The circuit court and the circuit court of appeals agreed that respondents' right to the securities was superior to that asserted by petitioner, and we entirely concur in that conclusion.
So far from the securities being wrongfully abstracted from the trust company, we think that, whatever the agreement between the trust company and the syndicate, the trust company must be held to have parted with such of the securities as were ever in its custody, with full knowledge that they were to be hypothecated by Garretson; that, indeed, the evidence fairly shows that those which at any time came into the possession of the trust company were either deposited there by Garretson or by his order and direction, with the understanding on his part that he was authorized to withdraw them for the purpose of sale, pledge, or otherwise, and that he always acted on that theory, with the consent and participation of Smith, as secretary and treasurer; and that in any view Smith's acts in the company's behalf must be held to have been performed with the actual or implied authority of the directors.
This was not a proceeding by Tod & Co. to obtain foreclosure. It was petitioner who Smith, as secretary and treasurer, was the sought the aid of the court, and this by an person who was actively engaged in the manapplication which was, in effect, a bill to re-agement of the affairs of the Union Loan & claim the securities absolutely and free from encumbrance. The circuit court treated the pleading as if framed in the alternative, and allowed redemption on conditions stated, the right thus accorded being necessarily declared to be extinguished if the conditions were not complied with as prescribed. And no error is assigned to the particular terms imposed.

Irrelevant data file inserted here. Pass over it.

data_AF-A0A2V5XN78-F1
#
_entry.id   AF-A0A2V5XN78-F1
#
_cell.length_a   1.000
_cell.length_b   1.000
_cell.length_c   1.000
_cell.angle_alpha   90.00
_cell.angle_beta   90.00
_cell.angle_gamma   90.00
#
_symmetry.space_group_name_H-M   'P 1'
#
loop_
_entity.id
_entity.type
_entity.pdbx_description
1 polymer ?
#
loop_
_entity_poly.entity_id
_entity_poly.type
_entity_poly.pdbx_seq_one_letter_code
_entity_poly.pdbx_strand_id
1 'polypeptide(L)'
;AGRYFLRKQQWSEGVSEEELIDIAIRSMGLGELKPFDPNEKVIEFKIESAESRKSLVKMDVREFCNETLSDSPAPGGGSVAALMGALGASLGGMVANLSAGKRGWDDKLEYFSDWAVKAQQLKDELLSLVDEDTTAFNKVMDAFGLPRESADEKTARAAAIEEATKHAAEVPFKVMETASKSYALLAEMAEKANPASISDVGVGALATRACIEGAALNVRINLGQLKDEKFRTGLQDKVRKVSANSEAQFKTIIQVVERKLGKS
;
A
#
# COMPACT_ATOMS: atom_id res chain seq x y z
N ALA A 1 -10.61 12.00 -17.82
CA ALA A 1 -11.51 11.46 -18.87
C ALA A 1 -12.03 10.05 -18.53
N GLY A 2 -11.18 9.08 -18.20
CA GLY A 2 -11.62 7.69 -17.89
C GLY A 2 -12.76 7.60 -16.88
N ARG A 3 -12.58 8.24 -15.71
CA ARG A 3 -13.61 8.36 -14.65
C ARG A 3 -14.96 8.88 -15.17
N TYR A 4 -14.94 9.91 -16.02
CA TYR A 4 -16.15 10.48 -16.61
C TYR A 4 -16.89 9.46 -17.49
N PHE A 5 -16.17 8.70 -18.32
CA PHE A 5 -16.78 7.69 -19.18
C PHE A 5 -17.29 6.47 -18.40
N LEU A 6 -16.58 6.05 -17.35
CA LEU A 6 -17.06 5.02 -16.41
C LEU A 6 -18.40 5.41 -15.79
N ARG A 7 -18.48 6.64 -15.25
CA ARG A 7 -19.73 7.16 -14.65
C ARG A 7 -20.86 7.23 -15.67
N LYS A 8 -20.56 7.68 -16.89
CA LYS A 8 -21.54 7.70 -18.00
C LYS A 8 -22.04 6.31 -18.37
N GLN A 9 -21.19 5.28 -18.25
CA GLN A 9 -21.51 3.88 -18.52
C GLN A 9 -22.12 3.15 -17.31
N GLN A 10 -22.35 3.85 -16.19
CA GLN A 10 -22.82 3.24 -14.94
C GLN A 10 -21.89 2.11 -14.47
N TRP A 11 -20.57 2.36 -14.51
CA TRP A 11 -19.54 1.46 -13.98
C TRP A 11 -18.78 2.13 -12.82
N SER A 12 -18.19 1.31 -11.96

Nor is there any tenable basis for the proposition that respondents' failure to sustain their purchase at the sale as a defense affected their rights as pledgees. Respondents stood on all their rights, and were not put to an election. If the purchase were valid the equity of redemption was wiped out. If invalid, the original lien remained. If superior, its superiority was not displaced by the claim of absolute title derived through the pledge as set forth in the pleadings.
Assuming that, as between the Union Loan & Trust Company and the syndicate, the company or its assignee had a lien on the securities in question, did the circuit court err in holding that the rights of respondents in respect thereof were paramount to those asserted by the intervening petitioner?
If not, then although the circuit court may have erred in holding that the sale of
Trust Company, and held out to the public as having unlimited authority to manage its business and dispose of any of its securities. He indorsed in the company's name every note it put out, signed every letter that it wrote, and was, as respected the public, the trust company itself. Throughout all the transactions his conduct conceded that Garretson was the lawful holder of the stock
and bonds tendered by him as collateral to the loans he negotiated. As such officer, he directly transmitted the securities of the Sioux City & Northern Railroad Company to New York, and likewise the $1,433,000 of Nebraska & Western bonds to Garretson at Omaha, to be delivered to the agent of Tod & Co., under the contract for the million-dollar loan, and to be turned into court in carrying out the reorganization scheme in ac- cordance with which the Sioux City, O'Neill, & Western bonds were to be issued.
It appears to us indisputable on the face of this record that Garretson was intrusted, according to the understanding of all parties, with the right to sell the Sioux City & Northern bonds; that the Union Loan & Trust Company received the proceeds of a million dollars of those bonds, thus ratifying the transaction; and that the proceeds of